The Revolution That Wasn’t reveals the textured reality of contemporary activism, challenging widespread assumptions about technology’s role in social movements. Beautiful storytelling and grounded insights make this book a delightful and important read for anyone who is concerned about politics today.”danah boyd, author of It’s Complicated: The Social Lives of Networked Teens

“Don’t believe the mythology of what works in digital activism, or the hyped advice that all voices can simply count. This book lays out the real deal. Perfect for change agents aiming to turn their wild ideas into new realities.”Nilofer Merchant, author of The Power of Onlyness

“Trump has no overt presence in The Revolution That Wasn’t: How Digital Activism Favors Conservatives. But the compulsive tweeter comes constantly to mind as French sociologist Jen Schradie persuasively argues her counterintuitive case: digital organizing―once complacently thought by progressives to advantage their grassroots uprisings―has turned out to be another ‘weapon in the arsenal of the powerful.’”Brian Bethune, Maclean’s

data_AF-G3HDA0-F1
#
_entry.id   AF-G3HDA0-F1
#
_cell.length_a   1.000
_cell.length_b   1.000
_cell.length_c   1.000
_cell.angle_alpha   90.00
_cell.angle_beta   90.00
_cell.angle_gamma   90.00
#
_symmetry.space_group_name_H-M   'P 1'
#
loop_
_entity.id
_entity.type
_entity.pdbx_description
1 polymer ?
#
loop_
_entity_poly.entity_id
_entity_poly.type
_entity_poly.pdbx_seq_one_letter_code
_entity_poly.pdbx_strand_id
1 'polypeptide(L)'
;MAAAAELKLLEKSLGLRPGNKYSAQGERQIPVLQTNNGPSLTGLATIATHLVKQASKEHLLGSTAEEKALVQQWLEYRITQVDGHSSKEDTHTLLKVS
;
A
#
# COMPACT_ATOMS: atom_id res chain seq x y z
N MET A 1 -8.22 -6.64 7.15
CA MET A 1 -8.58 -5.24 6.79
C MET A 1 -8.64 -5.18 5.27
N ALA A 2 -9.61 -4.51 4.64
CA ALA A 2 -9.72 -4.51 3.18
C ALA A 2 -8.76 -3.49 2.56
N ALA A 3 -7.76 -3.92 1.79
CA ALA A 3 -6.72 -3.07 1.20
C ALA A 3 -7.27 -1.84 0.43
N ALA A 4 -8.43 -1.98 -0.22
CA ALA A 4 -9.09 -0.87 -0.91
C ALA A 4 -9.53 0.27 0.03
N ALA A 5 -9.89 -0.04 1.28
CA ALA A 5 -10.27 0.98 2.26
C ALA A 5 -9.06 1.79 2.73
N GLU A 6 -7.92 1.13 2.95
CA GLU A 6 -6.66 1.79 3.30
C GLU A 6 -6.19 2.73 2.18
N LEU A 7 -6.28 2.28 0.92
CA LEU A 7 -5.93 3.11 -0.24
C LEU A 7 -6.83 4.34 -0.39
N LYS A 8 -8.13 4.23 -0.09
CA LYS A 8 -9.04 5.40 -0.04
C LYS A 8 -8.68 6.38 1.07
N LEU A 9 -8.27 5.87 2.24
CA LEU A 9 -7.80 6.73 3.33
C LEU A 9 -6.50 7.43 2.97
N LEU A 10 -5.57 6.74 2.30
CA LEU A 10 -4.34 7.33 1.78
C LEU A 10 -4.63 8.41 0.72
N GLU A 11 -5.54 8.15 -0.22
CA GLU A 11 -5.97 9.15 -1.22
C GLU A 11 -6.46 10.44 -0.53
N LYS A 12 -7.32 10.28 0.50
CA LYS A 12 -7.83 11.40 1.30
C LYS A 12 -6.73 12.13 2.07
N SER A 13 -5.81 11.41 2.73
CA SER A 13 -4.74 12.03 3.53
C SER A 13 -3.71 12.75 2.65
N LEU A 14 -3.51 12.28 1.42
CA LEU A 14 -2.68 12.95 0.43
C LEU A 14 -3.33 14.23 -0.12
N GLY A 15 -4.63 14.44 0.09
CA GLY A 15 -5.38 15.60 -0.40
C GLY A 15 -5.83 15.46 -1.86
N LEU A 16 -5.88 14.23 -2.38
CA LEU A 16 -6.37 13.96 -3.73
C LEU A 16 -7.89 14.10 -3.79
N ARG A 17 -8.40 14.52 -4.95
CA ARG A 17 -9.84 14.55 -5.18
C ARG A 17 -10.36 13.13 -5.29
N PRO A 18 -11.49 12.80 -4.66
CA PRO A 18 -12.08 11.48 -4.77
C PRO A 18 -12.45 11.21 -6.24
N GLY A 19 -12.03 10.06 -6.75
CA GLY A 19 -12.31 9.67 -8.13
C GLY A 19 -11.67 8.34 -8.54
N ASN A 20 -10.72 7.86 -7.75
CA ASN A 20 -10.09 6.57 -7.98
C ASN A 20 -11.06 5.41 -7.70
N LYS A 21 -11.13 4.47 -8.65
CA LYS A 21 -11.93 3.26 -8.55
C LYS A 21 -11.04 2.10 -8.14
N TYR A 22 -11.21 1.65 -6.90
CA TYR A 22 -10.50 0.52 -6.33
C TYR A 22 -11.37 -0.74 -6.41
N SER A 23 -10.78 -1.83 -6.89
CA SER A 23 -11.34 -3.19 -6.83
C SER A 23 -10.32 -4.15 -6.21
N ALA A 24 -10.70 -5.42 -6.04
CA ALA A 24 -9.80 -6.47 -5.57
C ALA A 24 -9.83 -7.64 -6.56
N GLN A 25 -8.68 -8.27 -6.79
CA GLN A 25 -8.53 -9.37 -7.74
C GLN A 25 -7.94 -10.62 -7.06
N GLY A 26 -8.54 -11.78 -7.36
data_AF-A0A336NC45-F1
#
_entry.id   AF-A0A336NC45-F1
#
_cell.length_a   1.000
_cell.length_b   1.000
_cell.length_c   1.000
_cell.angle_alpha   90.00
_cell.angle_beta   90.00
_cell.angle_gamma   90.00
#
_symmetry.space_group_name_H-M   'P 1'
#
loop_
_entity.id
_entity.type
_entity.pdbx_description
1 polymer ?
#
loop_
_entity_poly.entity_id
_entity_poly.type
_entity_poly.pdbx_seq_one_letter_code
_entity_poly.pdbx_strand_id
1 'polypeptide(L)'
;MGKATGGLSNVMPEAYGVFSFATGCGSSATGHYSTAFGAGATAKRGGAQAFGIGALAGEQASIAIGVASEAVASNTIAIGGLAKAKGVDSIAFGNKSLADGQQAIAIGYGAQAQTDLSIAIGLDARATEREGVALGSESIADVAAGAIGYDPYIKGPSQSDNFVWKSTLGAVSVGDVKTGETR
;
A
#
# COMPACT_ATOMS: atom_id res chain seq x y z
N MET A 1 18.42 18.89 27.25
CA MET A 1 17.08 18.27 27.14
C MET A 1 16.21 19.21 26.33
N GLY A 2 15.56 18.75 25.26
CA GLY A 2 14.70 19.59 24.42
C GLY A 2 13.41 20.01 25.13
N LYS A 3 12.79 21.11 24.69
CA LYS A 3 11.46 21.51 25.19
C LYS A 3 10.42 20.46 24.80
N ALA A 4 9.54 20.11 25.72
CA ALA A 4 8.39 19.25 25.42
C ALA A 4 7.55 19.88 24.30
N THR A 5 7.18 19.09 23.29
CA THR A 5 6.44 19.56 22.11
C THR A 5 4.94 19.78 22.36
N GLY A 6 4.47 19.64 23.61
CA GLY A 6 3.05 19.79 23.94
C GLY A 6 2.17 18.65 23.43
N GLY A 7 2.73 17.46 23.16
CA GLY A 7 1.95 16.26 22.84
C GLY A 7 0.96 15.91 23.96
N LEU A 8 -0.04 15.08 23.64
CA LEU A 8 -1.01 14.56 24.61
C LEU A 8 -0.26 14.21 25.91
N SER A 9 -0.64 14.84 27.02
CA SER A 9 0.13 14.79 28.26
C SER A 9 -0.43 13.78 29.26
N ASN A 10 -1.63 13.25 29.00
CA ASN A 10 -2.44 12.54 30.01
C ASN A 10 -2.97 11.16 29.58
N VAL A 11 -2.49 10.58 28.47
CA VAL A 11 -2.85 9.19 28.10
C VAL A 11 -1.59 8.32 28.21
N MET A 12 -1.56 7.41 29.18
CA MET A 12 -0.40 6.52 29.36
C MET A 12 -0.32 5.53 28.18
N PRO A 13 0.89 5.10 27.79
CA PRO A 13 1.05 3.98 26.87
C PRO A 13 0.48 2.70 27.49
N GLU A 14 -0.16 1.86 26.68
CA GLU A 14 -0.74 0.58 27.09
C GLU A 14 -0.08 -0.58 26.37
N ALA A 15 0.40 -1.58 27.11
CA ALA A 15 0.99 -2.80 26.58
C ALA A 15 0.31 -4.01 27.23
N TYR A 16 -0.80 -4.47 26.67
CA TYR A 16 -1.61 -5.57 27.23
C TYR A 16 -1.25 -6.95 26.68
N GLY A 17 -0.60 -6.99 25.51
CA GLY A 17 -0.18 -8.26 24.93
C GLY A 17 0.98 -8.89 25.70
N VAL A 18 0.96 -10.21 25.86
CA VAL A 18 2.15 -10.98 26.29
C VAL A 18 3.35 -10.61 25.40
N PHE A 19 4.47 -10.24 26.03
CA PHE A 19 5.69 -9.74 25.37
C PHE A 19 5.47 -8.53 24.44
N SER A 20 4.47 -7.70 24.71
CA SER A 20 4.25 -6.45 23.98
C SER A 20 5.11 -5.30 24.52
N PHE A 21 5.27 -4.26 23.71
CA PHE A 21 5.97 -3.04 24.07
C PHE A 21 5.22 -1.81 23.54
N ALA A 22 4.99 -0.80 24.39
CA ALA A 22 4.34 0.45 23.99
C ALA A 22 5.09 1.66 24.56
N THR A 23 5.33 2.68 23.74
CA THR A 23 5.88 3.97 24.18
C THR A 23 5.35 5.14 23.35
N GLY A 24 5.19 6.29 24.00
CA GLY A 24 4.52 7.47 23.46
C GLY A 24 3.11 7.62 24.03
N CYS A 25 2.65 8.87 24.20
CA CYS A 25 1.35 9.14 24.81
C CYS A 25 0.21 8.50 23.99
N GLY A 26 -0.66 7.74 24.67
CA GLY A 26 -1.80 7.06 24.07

The Revolution That Wasn’t synthesizes a wealth of accumulated knowledge to launch a new phase of scholarly endeavor. Blending ethnographic methods with quantitative assessments, Jen Schradie’s work shows that the claims of both digital optimists and pessimists miss the mark. She reveals that successful digital activism is linked to more traditional resources that give well-endowed groups a natural advantage, but one that can be acquired by their progressive opponents. A pleasure to read, and packed with vibrant interactions with activists of both types, Schradie’s book will take the study of digital activism to a new level.”Sidney Tarrow, author of Power in Movement

“Simply put, The Revolution That Wasn’t overturns our reigning assumptions about digital activism. Schradie demonstrates how resources, organizations, and ideology shape the potentials for and outcomes of digital activism, and reveals the dynamics behind the conservative digital organizing resurgence in the U.S. since 2010. This highly readable and richly detailed book will become the first stop for those seeking to understand why the internet failed to live up to the ideals of democratic dreamers.”Daniel Kreiss, University of North Carolina